It is a ceremony. I approach the fire humbly and with great respect. I do my best to make an offering to the wildfire at least once a day. If we are in a good place within ourselves, a wildfire can show us amazing beauty and offer great insight. Just as in any ceremony, there is something to learn around any fire. Here there is a high level of wildness. I feel humans could use more of this wildness and rawness of life. It gives me a deeper appreciation for life when I am in these kinds of situations.

How can you avoid seeing fire as an enemy? Or do you?

In the first fire class I ever took, they said that fire is our enemy. I told my internal fire, right away, that this is not true. When I arrived at home I lit a fire and made offerings to it, explaining I would never be fire’s enemy or work with it in a fighting way. I try not to use the word firefighter. Fire suppression makes me feel better. It does not seem like a good idea to be an enemy with any aspect of Mother Nature. She is beautiful and brutal all in the same moment: something I have no interest in calling my enemy. Fire is an elder, a teacher, a protector and a dear friend.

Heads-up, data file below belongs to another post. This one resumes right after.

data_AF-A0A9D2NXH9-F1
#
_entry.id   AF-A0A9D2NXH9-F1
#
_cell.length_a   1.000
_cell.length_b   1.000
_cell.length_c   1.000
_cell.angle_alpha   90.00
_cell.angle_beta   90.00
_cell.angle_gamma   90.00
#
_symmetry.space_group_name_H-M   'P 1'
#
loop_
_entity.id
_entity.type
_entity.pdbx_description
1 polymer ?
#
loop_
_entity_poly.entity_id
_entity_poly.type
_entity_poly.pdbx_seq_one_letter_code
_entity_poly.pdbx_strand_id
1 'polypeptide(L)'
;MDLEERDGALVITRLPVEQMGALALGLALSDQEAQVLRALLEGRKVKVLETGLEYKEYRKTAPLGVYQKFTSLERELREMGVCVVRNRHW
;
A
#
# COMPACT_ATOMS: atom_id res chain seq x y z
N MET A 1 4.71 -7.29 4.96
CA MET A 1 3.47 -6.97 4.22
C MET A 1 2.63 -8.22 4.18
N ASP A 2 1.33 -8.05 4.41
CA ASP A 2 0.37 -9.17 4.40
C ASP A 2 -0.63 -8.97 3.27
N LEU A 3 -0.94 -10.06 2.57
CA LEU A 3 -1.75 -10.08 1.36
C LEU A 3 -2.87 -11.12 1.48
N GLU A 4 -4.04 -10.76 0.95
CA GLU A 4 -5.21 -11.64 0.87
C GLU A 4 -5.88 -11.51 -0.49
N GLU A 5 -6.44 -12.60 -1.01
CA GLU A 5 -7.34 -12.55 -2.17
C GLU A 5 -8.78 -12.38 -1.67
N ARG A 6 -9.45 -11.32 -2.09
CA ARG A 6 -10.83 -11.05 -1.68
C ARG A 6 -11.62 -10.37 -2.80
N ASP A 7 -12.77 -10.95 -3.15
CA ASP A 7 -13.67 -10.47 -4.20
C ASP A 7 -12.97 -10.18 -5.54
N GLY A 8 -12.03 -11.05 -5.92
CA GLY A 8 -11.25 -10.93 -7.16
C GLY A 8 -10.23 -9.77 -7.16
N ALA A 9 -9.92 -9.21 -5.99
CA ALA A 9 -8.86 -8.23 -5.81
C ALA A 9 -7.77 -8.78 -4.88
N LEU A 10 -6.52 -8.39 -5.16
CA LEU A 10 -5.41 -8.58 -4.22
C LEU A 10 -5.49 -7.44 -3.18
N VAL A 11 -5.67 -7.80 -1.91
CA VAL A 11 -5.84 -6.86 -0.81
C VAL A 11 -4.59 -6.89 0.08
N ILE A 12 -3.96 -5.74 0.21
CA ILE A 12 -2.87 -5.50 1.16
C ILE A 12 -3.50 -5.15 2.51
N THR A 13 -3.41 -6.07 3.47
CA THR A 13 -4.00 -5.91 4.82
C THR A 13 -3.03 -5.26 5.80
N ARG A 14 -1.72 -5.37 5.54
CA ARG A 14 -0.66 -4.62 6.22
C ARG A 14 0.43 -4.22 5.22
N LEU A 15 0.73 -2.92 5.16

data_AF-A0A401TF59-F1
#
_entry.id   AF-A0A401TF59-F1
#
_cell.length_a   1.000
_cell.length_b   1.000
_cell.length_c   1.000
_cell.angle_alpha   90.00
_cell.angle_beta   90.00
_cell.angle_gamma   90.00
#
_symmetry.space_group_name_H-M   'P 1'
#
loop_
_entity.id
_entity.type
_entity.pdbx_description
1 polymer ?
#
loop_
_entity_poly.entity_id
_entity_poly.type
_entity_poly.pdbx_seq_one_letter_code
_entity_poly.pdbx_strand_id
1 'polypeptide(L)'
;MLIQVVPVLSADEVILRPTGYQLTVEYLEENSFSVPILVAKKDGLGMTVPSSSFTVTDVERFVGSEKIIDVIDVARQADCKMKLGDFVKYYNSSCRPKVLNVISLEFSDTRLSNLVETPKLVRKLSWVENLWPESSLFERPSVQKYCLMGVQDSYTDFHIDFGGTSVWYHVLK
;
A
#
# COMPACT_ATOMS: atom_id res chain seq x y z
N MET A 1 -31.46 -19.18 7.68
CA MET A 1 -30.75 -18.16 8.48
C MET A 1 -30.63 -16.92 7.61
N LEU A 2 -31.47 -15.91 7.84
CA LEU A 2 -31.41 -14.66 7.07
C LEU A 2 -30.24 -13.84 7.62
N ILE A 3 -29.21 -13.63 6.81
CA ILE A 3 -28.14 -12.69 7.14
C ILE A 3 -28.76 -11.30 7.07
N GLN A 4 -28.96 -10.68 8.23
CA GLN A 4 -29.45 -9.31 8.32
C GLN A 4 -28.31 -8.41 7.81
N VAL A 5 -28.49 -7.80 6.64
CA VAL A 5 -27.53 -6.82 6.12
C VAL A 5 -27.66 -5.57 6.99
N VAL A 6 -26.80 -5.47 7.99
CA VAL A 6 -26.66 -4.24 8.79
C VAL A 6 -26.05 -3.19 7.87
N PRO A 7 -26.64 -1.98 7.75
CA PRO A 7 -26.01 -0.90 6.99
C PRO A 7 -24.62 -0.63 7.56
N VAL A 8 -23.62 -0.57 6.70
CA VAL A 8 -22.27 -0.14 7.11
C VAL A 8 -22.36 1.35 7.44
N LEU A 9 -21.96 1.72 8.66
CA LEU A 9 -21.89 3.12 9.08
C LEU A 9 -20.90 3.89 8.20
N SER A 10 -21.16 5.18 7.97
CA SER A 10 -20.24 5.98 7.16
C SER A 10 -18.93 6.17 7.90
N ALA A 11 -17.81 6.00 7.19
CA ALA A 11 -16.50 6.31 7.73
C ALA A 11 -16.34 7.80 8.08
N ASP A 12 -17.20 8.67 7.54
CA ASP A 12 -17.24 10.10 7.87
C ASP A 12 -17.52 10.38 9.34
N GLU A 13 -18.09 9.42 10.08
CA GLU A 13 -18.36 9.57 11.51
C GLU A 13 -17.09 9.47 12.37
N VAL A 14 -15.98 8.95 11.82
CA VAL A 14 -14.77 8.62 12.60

What is the prevailing attitude of firefighters?

The majority of folks who are into wildfire suppression are there for the money. It is an extremely physically demanding job. Normal days are 16 hours a day. Many days we work 24-36 hours straight, with a 50 lb pack on the whole time. It’s difficult work, which pays well.

There are some people in the Forest Service who see the need for fire in the forest. We do a good amount of forest management and prescribed fires when not on wildfires. A good number of people also acknowledge that fire is a wild creature, and have some level of respect for the fire.

What are some ways fire teaches us and serves us—beyond the obvious keeping us warm and cooking food? 

Fire brings people together--around a ceremonial fire, campfire or wildfire. Communities unite and help one another when a wildfire is in their area. Friendship is made and laughs are had around campfires. Culture and tradition is made or maintained around ceremonial fires. Stories are remembered and songs are sung. With this unity we are able to move into a more trusting environment with one another.